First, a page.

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Audio CD, June 5, 2007
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Product Details

  • Audio CD (June 5, 2007)
  • Original Release Date: 2007
  • Number of Discs: 1
  • Label: Revisited Records
  • ASIN: B000O78S8K
  • Average Customer Review: 4.3 out of 5 stars  See all reviews (3 customer reviews)
  • Amazon Best Sellers Rank: #904,561 in Music (See Top 100 in Music)

1. Sonnengeflecht (4:04)
2. Wer Schmetterlinge Lachen Hört (9:16)
3. Dronsz (4:53)
4. Impressionen (8:55)
5. Es Färbte Sich Die Wiese GrÃ1/4n (8:16)
6. Impressionen (bonus track live in Hagen) (10:36)

Editorial Reviews

The real big breakthrough for these Romantic-Rockers from Hamburg came actually with their third album, but this, their second effort originally released in 1975, already shows their direction: poetic German text, surrounded by ever changing progrock with classic influences, which in this case is still rough enough not to descend in to insipid drivel. Their fondness for German Poet Friedrich Hoelderlin shines through and their music has also been borrowed in sound and style by French Duo Air, for their soundtrack to the Virgin Suicides. Guest guitarist Carlo Karges is present here, (who later became the guitarist for famous Nena) and his Track Wer Schmetterlinge Lachen Hört became the secret hymn of the band. Novalis are one of the best in the genre.

Customer Reviews

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Most Helpful Customer Reviews

3 of 3 people found the following review helpful By EtherealCereal on October 26, 2008
Format: Audio CD
Novalis was a band out of Hamburg, Germany that existed roughly for a period of ten years. They specialized in taking romantic, atmospheric symphonic rock pieces and interspersing them with harder rocking material, dynamic keyboard flourishes, and harmonic guitar interplay.
These guys were masters at evoking moods and textures, using Moog, Mellotron, strange sound effects, multiple time changes and dynamic shifts, and Heino Schunzel's wonderful vocals. The album starts out with 'Sonnengeflect', an uptempo piece with lots of analog synth runs, harmonic basslines, and wah-wah guitars. 'Wir Schmetterlinge Lachen Hort' is a slower, haunting piece with Hammond organ. 'Dronsz' is another slow piece with eerie vocals, more Hammond organ, and various weird sound effects, kind of reminiscent of another German band, The Eloy. For the next song they chose to do a rendition of an Anton Bruckner piece, titled 'Impressionen'. Hammond organ kind of dominates the song(you'd swear you were in church). 'Es farbte Sich Die Wiese Grun' is another slow song with vocals by Heino Schunzel, and a nice Moog intro, with strings played on Mellotron. The middle section of the song gets quite a bit jazzier, but still great. The album (what's an 'album'?) ends with a live version of 'Impressionen', so it's obvious that the chops these guys had didn't exist simply in the studio, and why they were such a popular live act.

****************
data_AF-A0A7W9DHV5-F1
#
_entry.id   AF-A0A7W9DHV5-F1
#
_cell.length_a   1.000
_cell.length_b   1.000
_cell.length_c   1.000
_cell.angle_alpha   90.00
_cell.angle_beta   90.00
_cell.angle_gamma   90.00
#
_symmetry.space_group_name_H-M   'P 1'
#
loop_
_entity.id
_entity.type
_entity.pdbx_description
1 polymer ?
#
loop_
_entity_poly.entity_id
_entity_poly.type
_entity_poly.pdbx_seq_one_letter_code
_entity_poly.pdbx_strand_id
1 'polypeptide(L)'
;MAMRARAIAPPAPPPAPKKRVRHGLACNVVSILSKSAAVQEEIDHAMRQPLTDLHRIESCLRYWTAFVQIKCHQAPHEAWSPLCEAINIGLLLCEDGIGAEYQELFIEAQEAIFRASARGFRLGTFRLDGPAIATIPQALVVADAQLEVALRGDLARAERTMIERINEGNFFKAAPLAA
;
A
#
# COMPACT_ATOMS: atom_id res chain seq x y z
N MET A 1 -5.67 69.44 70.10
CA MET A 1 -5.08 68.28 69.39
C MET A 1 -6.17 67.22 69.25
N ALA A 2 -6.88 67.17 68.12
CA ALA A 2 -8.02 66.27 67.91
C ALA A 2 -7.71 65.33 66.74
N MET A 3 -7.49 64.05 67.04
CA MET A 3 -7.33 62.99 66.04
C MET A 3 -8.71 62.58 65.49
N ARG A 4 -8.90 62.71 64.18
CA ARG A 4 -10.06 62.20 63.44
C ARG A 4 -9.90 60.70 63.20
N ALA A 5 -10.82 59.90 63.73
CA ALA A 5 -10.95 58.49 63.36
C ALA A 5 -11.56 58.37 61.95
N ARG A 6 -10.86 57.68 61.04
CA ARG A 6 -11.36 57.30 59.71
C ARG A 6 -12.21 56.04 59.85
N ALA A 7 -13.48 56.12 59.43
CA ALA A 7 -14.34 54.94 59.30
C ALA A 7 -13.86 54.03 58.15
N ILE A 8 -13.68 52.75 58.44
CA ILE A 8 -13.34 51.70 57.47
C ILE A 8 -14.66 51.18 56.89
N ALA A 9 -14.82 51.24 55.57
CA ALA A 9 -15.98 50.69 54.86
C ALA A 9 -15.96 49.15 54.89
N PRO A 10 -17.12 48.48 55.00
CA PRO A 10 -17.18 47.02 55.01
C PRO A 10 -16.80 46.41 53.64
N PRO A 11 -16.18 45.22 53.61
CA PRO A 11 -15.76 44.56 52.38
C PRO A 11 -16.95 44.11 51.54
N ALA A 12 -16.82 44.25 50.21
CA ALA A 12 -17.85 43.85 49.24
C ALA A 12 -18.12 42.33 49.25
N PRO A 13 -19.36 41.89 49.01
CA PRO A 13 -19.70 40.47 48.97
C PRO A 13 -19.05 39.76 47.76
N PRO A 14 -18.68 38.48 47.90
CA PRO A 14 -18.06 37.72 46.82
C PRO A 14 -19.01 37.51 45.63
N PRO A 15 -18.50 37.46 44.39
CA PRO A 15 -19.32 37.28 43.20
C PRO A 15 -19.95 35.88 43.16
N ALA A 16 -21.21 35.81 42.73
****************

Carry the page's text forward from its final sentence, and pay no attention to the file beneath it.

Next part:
Novalis ceased to exist around the mid-eighties, but left a rich and diverse musical history on the albums they released. They are worth checking out.
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4 of 4 people found the following review helpful By ERICK on August 5, 2002
Format: Audio CD
This is the first album of Novalis that I listen, but I can tell you,it is beatiful music composed in 1975 by this german band. This cd needs to be in every really prog fan collection. A lot of synthesiser, for all ELP lovers.
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Format: Audio CD
Reminiscent of another German rock band with a strong progressive attitude (Eloy), sometimes enriched with a few hints of hard rock (fortunately- in a few circumstances only- reminding me of Uriah Heep), the present album is characterized by an Hammond sound, according to the 70's mood, as well as by a classical approach in the vein of Ekseption, like in the symphony # 5 by Bruckner (here also taken from a live act of their own, whose arrangement is particular...) . But the hard rock imprinting, even though not often present here, is a typical "trademark" of this 70's cult band, which never forget the roots of the basic classic rock of that period...In particular the song "'Es farbte Sich Die Wiese Grun'" is the unique example regarding a soft mellotron sound, coupled with the moog in a pop progressive mood, which sounds "strange" in this work.
This time We find a different style, in the vein of the romantic songs by Moody Blues and Procol Harum and probably it's the most spontaneous act within "Novalis"...besides in the other songs you can find interesting time changes, the presence of "wah-wah" guitars and various sound effects (in the territory of "space rock"), but it's not their main target (and above all the most natural one) in my opinion...well, if you like the romantic prog sound of the seventies, in a strange mix between Uriah Heep and also a kind of typical space rock genre, you will buy the present album; otherwise you could also evaluate it like a good work of the past, without pretensions; and at the end it could be worth checking out at least, for a 3 stars evaluation..remarkable memory of the seventies, after all!!
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